SCOPE—Summer Collaborative Opportunities and Experiences
SCOPE Scholars spend eight weeks during the summer conducting paid, full-time research alongside Southwestern faculty mentors.
Applications for SCOPE are due by 5pm on February 12th.
Be sure to visit the Projects and Mentors page as you’re working on your application to find out more about the projects you can work on!
Through SU’s Summer Collaborative Opportunities and Experiences, or SCOPE, students partner with faculty and fellow undergraduates from across the disciplines—including the natural and social sciences, the humanities, and the arts—to engage in scholarly and creative inquiry. While living on campus for eight weeks, students receive a stipend to collaborate full-time on SU faculty research projects and artistic works, from developing artificial intelligence for video games and identifying mollusks using environmental DNA to examining the leadership styles of CEOs and investigating the racial history of the University. They also engage in weekly social and academic events, fostering a tight-knit learning community as well as individual professional development. This intensive experience culminates in the presentation of projects at a fall open house as well as at our annual Research and Creative Works Symposium in the spring—both exciting opportunities for students to share their work with the Southwestern community.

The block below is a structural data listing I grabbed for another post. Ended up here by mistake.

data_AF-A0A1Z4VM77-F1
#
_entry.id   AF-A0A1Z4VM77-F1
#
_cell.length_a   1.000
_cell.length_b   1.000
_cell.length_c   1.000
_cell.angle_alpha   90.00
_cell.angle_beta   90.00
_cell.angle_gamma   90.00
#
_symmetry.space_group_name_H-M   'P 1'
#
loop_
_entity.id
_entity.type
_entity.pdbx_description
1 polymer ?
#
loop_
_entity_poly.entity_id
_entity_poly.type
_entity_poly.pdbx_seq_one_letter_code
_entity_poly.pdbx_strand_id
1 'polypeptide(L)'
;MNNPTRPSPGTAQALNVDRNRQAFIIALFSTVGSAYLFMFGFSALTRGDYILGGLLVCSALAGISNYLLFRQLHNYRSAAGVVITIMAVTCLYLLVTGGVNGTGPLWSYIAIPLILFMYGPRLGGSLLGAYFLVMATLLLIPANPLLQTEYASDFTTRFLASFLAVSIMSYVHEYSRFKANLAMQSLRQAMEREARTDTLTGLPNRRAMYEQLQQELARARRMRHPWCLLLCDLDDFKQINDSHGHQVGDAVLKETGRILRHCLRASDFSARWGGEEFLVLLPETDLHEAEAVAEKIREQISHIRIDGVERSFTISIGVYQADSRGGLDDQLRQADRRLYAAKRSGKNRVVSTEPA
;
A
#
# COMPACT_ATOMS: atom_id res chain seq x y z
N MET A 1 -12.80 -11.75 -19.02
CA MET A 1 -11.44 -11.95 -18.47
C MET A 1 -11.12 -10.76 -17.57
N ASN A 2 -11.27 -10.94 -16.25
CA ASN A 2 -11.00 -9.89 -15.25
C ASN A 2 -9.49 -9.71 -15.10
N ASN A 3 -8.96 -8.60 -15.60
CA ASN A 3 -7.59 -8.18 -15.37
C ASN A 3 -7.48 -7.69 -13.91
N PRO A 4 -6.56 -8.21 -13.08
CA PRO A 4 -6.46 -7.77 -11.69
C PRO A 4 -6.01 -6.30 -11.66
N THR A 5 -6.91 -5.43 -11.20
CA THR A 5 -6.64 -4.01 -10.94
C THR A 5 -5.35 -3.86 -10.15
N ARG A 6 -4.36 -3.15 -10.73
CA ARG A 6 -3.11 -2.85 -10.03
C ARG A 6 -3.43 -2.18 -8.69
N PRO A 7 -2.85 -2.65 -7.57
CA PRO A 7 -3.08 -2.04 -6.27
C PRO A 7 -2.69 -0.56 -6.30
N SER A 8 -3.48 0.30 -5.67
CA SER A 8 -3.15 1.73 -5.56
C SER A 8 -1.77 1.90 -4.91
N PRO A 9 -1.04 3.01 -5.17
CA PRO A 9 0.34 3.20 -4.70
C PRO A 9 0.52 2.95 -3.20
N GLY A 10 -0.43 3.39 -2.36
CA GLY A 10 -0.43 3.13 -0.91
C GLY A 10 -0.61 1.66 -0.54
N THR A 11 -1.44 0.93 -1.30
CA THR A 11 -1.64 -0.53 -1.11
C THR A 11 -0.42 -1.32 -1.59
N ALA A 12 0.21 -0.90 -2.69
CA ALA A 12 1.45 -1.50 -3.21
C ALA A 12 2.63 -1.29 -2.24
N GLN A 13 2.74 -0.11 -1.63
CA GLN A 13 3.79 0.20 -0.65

One of Southwestern’s most exhilarating events is the annual Research and Creative Works Symposium. This conference celebrates students’ devotion to technological and aesthetic innovation, original research in many fields, and community-engaged learning.
By engaging undergraduates in their research and creative programs, Southwestern faculty provide the mentorship that is crucial for student success and makes the Southwestern Experience truly memorable.
Every student at Southwestern University engages in research and creative projects, whether it’s writing a literature review for a final sociology essay or designing a theatrical performance for a capstone course. But undergraduate research goes well beyond the classroom…